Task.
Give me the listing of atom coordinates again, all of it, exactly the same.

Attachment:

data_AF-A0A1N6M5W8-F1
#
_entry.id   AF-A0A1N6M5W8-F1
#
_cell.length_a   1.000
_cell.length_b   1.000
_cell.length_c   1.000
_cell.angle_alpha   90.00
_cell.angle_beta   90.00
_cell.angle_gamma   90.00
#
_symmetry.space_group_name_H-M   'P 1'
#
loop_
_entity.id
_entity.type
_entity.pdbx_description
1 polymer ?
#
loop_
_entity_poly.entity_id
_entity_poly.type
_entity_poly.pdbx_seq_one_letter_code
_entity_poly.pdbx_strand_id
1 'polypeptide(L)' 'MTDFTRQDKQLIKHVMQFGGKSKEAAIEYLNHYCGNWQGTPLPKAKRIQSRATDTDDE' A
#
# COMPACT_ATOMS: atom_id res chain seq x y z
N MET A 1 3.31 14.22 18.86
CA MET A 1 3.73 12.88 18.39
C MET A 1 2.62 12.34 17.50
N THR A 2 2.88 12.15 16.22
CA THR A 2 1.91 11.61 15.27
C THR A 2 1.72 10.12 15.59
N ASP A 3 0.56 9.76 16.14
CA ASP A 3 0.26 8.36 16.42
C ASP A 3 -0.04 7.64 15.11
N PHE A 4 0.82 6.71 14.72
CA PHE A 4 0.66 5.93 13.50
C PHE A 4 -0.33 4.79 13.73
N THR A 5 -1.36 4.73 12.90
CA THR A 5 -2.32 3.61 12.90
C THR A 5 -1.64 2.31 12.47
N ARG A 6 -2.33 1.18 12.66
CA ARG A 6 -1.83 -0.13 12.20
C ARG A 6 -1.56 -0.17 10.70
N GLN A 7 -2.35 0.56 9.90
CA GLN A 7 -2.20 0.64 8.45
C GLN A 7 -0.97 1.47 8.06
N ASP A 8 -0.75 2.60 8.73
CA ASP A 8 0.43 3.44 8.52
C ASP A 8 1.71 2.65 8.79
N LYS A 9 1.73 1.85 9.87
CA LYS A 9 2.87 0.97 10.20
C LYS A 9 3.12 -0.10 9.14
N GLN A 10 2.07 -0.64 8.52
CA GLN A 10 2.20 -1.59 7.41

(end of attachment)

data_AF-A0A1N6M5W8-F1
#
_entry.id   AF-A0A1N6M5W8-F1
#
_cell.length_a   1.000
_cell.length_b   1.000
_cell.length_c   1.000
_cell.angle_alpha   90.00
_cell.angle_beta   90.00
_cell.angle_gamma   90.00
#
_symmetry.space_group_name_H-M   'P 1'
#
loop_
_entity.id
_entity.type
_entity.pdbx_description
1 polymer ?
#
loop_
_entity_poly.entity_id
_entity_poly.type
_entity_poly.pdbx_seq_one_letter_code
_entity_poly.pdbx_strand_id
1 'polypeptide(L)' 'MTDFTRQDKQLIKHVMQFGGKSKEAAIEYLNHYCGNWQGTPLPKAKRIQSRATDTDDE' A
#
# COMPACT_ATOMS: atom_id res chain seq x y z
N MET A 1 3.31 14.22 18.86
CA MET A 1 3.73 12.88 18.39
C MET A 1 2.62 12.34 17.50
N THR A 2 2.88 12.15 16.22
CA THR A 2 1.91 11.61 15.27
C THR A 2 1.72 10.12 15.59
N ASP A 3 0.56 9.76 16.14
CA ASP A 3 0.26 8.36 16.42
C ASP A 3 -0.04 7.64 15.11
N PHE A 4 0.82 6.71 14.72
CA PHE A 4 0.66 5.93 13.50
C PHE A 4 -0.33 4.79 13.73
N THR A 5 -1.36 4.73 12.90
CA THR A 5 -2.32 3.61 12.90
C THR A 5 -1.64 2.31 12.47
N ARG A 6 -2.33 1.18 12.66
CA ARG A 6 -1.83 -0.13 12.20
C ARG A 6 -1.56 -0.17 10.70
N GLN A 7 -2.35 0.56 9.90
CA GLN A 7 -2.20 0.64 8.45
C GLN A 7 -0.97 1.47 8.06
N ASP A 8 -0.75 2.60 8.73
CA ASP A 8 0.43 3.44 8.52
C ASP A 8 1.71 2.65 8.79
N LYS A 9 1.73 1.85 9.87
CA LYS A 9 2.87 0.97 10.20
C LYS A 9 3.12 -0.10 9.14
N GLN A 10 2.07 -0.64 8.52
CA GLN A 10 2.20 -1.59 7.41